That was why I joined the Air Force at sixteen. America was busy with the Civil Rights Movement at home and posturing against the Soviets in what was called the Cold War. The politicians and lawyers were busy fighting segregation issues in court and no one cared whether or not a boy was old enough to enlist. At that time, there was no such thing as background checks and verification of information. They took me at my word that I was eighteen. I was packed up and sent to Lackland Air Force Base in San Antonio, Texas, about 280 miles south of Jericho Falls. I attended boot-camp there and failed miserably at making hospital corners out of my bedsheets and polishing my boots. But I found I had a knack for picking up languages and so I was sent off for linguistics training at Camp Lejeune with the Marines to learn Russian. The Air Force hoped that would transfer over to intercepting coded communications and I was then moved over to flight training school. My training was spent learning how to operate all the equipment on radar planes as well as flight operations. Soon I found myself flying over the Atlantic to search for Soviet submarines that were trying to breach our Naval fleet so they could launch nuclear missiles at us. I became a highly skilled pilot and was promoted to Captain within six months of completing my training.
During this time, America went back and forth with the Soviets, each preparing to attack the other and building defenses against attacks. Enemy submarines would routinely try and sneak past our sonar. But myself and other pilots were always out there, high in the sky, watching and listening for them. I enjoyed flying but I longed to do something more. Something that would bring the fight to the enemy. I wished I had been trained as a combat pilot but I knew that I was where Uncle Sam needed me to be.
Then one day my chance came. It was the middle of winter in 1956. I was approached by Major Tom Frady. He claimed to be the head of a top-secret research division called Albatross Creek that was developing a new aircraft and he wanted me to be the test pilot. It was still not the frontlines but it was something different and I had grown bored with reconnaissance missions. I agreed without a second thought. This was another of those crossroad decisions that could have sent my life in a completely different direction. But I made my choice and now I must live with those consequences.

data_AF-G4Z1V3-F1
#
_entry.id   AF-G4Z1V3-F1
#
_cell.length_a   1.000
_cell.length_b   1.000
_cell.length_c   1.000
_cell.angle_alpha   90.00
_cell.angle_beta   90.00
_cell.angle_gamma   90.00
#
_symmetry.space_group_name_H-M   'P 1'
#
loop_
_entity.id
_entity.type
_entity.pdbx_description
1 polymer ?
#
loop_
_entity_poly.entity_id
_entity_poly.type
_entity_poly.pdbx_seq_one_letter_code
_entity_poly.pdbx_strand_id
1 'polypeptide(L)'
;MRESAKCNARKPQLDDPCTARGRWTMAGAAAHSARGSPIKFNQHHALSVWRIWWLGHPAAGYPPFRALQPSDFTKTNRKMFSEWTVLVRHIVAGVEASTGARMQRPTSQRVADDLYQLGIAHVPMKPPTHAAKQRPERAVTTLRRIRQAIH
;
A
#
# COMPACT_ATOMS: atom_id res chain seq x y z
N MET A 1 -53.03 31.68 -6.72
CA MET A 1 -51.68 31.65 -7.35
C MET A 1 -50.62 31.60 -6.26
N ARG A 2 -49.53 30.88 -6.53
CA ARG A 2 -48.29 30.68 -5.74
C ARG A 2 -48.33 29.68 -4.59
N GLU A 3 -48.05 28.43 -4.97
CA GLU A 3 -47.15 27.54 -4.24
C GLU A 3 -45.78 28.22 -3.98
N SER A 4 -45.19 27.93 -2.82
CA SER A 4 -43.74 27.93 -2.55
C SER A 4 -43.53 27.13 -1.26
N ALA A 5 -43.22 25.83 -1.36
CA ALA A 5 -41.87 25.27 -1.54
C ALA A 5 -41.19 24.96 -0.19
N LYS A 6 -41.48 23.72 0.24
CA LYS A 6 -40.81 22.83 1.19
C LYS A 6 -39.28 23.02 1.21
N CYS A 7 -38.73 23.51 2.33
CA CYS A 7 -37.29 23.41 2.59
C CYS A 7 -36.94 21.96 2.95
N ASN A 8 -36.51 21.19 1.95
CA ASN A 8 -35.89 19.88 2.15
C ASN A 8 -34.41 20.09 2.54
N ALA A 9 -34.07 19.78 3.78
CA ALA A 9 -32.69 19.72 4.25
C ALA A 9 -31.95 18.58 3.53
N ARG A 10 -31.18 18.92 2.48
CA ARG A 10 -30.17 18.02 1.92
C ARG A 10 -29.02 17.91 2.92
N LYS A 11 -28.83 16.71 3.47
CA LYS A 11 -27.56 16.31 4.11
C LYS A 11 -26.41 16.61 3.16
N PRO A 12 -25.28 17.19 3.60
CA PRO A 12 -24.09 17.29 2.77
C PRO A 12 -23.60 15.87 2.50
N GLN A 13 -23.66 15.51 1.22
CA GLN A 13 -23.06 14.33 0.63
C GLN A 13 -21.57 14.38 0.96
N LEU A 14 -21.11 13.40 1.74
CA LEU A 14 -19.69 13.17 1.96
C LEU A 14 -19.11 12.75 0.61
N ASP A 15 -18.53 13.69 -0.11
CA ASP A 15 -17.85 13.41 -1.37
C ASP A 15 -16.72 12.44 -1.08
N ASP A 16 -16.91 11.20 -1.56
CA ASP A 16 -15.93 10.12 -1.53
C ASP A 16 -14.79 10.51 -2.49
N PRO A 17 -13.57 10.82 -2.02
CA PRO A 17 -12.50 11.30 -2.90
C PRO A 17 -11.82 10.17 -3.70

Major Frady informed me that American spies were able to get verifiable intelligence that the United Soviets Socialist Republic meant to make an attempt at slipping nuclear submarines past our defenses by going through the Devil’s Triangle. As a Texas farm-boy I had no idea what the Devil’s Triangle was so I admitted as much and received a hearty slap on the back from the Major. When he realized I was serious, he explained it to me in more detail.
“Okay Captain Turner” he said “the Devil’s Triangle is a region of the western North Atlantic Ocean. You should have been told to avoid it at all costs during your recon flights.”
I nodded as I recollected my briefing. I had been told to stay away from a good portion of the Atlantic but was never told why or what it was called. Only that I was not required to go there nor should I ever under any circumstances. I had never once questioned these orders but now I realized that maybe I should have learned more.
“This triangle region is full of electromagnetic phenomenon that causes our flight and navigation instruments to go haywire. There have been many ships and planes lost inside it. Even the Soviets have been smart enough to stay away until now.”
“What changed, sir?” I asked him.
Tom Frady shook his head “that we don’t know. If they have managed to work out a way for their subs to travel through the Devil’s Triangle safely then they could move within missile range and we wouldn’t know it. That is why this project is so important.”
I hesitated a moment not sure whether to believe his story about the triangle and how dangerous it was then I asked, “and what exactly are we hoping to do here?”
“Experiment M-27” he replied cryptically and did not explain further until several days later.